19th Century Medical Texts from Forest Books

- by Michael Stillman

Forestocc1

19th Century Medical Texts from Forest Books

Forest Books has issued what obviously is a first: Occasional List No. 1. It is subheaded Medical Books, Pamphlets & Offprints from The Birmingham Medical Institute. The Birmingham Medical Institute was founded in 1875 as a medical library. Many of these pieces must have been on their shelves when it opened as they primarily come from the second half of the 19th century, some are as early as 30 years prior to the opening. According to the institute's website, many of the early books were donated to them by doctors. Later books were more likely purchased.

These titles were undoubtedly deaccessioned due to their age. They may have provided the latest techniques in medical practice in the 19th century, but few would want to visit a doctor who relied on them today. Certainly, these were serious medical treatises in their day. These are not promotions for patent medicines, or amateur or quack medical tracts often published during this era by people with no legitimate training. The Birmingham Institute was obtaining the best research available in its day, but by current standards, much would be primitive, other beliefs just plain mistaken. They may no longer be appropriate for a library used to educate doctors, but belong in one designed to preserve and teach about the history of medicine. Here are a few of these items.

One of the most important advances ever in surgery was beginning to take place in the middle of the 19th century, though some thought it was killing people. Today, it is hard to imagine going under the knife without it – anesthesia. In the 1840s, physicians had begun to use chloroform as well as ether for the first time to knock out their patients during surgery. Both greatly reduced pain, but chloroform had the unwanted side effect of killing too many patients. Dr. James Arnott did a study of hospital patients and published the results in 1854 under the title, The Question Considered; Is it Justifiable to Administer Chloroform in Surgical Operations, After Its Having Proved Suddenly Fatal in Upwards of Fifty Cases, when Pain Can be Safely Prevented, Without Loss of Consciousness, by Momentary Benumbing Cold? Dr. Arnott's answer is obvious from the way he phrased the question. Of course it is not justifiable if there is a safe alternative, but others questioned his conclusions. Chloroform is very dangerous if not properly administered, but research by others found substantially lower fatality rates with careful administration. Meanwhile, the use of numbing cold proved difficult in many surgeries, particularly deep ones. Ultimately, ether became the anesthesia of choice through the 19th century and much of the 20th. Item 12. Priced at £42 (British pounds, or roughly $63 U.S. dollars).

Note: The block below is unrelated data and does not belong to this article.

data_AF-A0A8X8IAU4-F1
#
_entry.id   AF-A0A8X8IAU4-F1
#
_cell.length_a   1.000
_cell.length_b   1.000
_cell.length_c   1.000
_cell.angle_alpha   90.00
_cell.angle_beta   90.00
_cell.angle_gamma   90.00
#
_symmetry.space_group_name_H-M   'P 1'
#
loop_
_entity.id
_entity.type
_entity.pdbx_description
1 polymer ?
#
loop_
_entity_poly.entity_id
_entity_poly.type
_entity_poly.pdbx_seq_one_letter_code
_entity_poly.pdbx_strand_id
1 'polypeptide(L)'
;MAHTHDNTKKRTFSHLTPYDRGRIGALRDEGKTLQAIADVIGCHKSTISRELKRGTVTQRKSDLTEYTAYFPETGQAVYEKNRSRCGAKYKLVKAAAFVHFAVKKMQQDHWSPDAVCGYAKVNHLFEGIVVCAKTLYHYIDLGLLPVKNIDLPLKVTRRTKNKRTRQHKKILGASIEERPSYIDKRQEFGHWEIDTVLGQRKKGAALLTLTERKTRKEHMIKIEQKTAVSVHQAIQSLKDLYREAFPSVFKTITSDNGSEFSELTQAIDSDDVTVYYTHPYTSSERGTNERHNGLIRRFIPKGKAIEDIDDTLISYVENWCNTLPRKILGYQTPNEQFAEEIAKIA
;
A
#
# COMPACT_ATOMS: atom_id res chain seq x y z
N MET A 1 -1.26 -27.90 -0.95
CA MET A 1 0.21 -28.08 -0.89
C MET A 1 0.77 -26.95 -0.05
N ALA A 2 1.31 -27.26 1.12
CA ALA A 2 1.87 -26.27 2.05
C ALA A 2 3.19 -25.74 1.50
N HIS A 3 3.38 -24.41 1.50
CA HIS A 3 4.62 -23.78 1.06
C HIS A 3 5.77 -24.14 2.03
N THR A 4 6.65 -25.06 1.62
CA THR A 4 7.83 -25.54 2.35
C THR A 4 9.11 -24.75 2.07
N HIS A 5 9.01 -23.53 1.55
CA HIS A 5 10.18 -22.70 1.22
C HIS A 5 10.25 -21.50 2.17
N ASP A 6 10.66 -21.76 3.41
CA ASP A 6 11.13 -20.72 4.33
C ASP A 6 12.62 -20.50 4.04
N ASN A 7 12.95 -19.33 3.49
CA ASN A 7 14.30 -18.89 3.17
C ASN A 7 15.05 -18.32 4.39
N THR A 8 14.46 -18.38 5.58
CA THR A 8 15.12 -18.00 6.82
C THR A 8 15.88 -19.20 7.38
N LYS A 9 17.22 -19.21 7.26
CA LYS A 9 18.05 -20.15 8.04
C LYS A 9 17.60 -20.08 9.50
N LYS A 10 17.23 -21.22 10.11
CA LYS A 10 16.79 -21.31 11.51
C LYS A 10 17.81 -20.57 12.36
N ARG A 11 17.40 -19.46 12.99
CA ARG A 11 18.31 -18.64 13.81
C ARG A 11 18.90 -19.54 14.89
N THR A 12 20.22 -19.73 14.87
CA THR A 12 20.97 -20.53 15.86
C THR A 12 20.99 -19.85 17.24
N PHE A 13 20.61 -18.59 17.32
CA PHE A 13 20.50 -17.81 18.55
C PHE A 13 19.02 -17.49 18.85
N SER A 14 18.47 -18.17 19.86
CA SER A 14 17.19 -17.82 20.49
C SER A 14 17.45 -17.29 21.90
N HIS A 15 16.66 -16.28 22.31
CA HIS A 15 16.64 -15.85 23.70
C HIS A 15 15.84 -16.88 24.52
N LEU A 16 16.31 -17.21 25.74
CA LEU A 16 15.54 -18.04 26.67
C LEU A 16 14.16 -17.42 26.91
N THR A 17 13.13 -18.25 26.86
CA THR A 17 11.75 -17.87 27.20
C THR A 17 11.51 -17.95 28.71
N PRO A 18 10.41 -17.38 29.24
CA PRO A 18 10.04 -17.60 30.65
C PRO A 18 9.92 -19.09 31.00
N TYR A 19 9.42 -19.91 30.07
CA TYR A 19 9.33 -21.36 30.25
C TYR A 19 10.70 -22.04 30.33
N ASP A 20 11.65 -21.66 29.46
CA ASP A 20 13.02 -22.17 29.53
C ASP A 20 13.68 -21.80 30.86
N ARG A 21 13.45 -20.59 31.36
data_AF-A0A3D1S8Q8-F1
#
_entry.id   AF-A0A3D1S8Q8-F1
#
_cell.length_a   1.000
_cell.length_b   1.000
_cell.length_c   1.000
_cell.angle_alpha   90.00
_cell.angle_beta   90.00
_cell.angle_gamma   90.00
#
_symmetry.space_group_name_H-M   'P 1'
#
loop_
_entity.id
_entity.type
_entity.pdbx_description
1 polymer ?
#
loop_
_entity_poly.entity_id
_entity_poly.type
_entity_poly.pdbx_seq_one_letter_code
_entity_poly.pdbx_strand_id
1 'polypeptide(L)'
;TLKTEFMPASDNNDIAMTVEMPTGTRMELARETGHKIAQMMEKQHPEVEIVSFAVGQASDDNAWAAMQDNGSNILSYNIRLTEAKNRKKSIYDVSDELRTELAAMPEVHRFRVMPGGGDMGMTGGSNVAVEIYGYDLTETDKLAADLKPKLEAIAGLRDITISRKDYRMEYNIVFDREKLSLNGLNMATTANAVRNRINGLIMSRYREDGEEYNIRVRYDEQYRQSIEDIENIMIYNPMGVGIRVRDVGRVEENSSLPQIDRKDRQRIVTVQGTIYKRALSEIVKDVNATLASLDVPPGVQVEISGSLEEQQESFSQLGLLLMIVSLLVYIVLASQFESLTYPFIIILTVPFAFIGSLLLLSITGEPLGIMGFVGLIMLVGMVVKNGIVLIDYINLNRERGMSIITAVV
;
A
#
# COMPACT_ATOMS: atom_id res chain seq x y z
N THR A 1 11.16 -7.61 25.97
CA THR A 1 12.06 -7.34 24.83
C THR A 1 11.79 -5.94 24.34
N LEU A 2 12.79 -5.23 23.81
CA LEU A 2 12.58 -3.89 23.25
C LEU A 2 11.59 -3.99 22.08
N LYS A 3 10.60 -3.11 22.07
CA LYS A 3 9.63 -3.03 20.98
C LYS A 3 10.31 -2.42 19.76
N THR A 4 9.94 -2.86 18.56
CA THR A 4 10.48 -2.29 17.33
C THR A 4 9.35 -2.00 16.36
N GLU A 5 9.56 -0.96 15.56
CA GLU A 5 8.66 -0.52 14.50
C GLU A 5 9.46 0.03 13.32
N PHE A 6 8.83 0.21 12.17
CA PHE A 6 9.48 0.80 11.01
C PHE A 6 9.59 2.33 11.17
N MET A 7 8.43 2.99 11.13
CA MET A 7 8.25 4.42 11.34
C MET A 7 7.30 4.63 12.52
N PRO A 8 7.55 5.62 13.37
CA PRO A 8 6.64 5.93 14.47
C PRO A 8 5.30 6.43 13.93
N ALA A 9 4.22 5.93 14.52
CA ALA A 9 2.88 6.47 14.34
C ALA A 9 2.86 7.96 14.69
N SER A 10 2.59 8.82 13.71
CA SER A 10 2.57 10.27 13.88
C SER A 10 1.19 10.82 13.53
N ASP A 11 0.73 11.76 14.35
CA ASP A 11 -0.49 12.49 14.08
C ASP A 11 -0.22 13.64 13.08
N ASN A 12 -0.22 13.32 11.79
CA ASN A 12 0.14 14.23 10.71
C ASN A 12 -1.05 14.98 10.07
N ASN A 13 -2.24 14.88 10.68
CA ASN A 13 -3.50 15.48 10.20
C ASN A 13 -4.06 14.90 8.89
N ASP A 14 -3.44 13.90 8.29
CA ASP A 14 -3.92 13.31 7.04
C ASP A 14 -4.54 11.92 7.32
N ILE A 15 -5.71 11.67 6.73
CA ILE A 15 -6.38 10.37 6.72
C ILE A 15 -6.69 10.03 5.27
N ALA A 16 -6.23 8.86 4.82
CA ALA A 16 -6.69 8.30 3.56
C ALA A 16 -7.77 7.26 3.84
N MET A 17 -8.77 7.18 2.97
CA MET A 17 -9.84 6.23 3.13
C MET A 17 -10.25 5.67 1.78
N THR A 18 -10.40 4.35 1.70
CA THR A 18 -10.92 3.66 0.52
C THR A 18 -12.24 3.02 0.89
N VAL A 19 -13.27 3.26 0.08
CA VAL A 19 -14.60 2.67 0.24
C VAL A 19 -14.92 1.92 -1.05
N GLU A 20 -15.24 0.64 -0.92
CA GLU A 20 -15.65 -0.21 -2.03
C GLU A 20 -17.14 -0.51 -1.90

If you are looking for a proven cure for asthma, you won't find many with better results than those described here, even if the cure might sound worse than the disease: Cases of Asthma Nervosum, Successfully and Permanently Cured with Arsenic-Inhalations and Galvanisation of the Pneumogastric Nerves. Dr. Adolphe Wahltuch of Manchester (England) applied this dual therapy to seven patients, two of whom experienced major improvement, the other five complete cures. Basically, the cure was to sniff arsenic and run some electricity through electrodes attached to your neck. After a few months of this, voila... you're cured! Who knew? Obviously Dr. Wahltuch knew, but this cure appears to have been forgotten in the years since. Item 181. Published in 1883. £35 (US $52).